A new round of PokerStars rake hikes were announced by the world’s largest poker site recently. Moving forward, micro-and-small stakes Multi-Table Tournaments (MTTs) with buy-ins below $20 will cost players on the PokerStars dot-com platform and extra 20% in commission fees.
In an official blog communication, Director of Poker Innovation and Operations Séverin Rasset justified the latest PokerStars rake increases through the need for “maximum flexibility and agility” as the online gambling conglomerate faces regulatory challenges in various jurisdictions throughout the world.
Old Pricing Structure: $11 MTT = $10 prize pool buy-in + $1 rake (10% rake)
Flexible & Agile Pricing Structure: $11 MTT = $9.80 prize pool buy-in + $1.20 rake (12.24% rake)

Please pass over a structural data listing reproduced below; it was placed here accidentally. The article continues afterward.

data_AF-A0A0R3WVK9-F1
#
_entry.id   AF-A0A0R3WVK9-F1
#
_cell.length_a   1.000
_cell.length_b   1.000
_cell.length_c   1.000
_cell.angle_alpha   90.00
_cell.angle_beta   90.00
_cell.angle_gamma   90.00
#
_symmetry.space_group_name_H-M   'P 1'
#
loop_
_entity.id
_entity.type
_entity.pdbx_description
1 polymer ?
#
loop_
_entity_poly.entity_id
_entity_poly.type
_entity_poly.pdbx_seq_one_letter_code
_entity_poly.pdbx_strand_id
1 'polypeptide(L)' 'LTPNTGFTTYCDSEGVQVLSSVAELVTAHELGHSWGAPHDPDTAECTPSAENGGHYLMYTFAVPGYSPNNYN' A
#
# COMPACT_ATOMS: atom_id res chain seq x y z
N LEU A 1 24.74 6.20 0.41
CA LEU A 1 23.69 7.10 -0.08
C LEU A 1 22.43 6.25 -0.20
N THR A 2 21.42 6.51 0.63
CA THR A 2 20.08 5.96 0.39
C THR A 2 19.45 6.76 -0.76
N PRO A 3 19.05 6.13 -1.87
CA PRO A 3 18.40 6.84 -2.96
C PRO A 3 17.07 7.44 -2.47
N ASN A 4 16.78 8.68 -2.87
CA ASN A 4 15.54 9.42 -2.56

The price adjustments reflect The Stars Group‘s ongoing commitment to charging online poker players higher fees to enjoy traditional, competitive forms of real money poker on the internet.
The increases also mean that PokerStars’ popular low-stakes MTT games have become significantly more expensive than similar tournaments made available by competitors Partypoker and 888 Poker, which continue to offer $10+$1 rates for comparable online events.
Joey Ingram Explains PokerStars Rake Hike
“They’ve decided to protect the recreational player even further,” Ingram told his audience — a sarcastic reference to past rake increases and/or rewards reductions that the company has presented as measures to protect casual players from online poker professionals.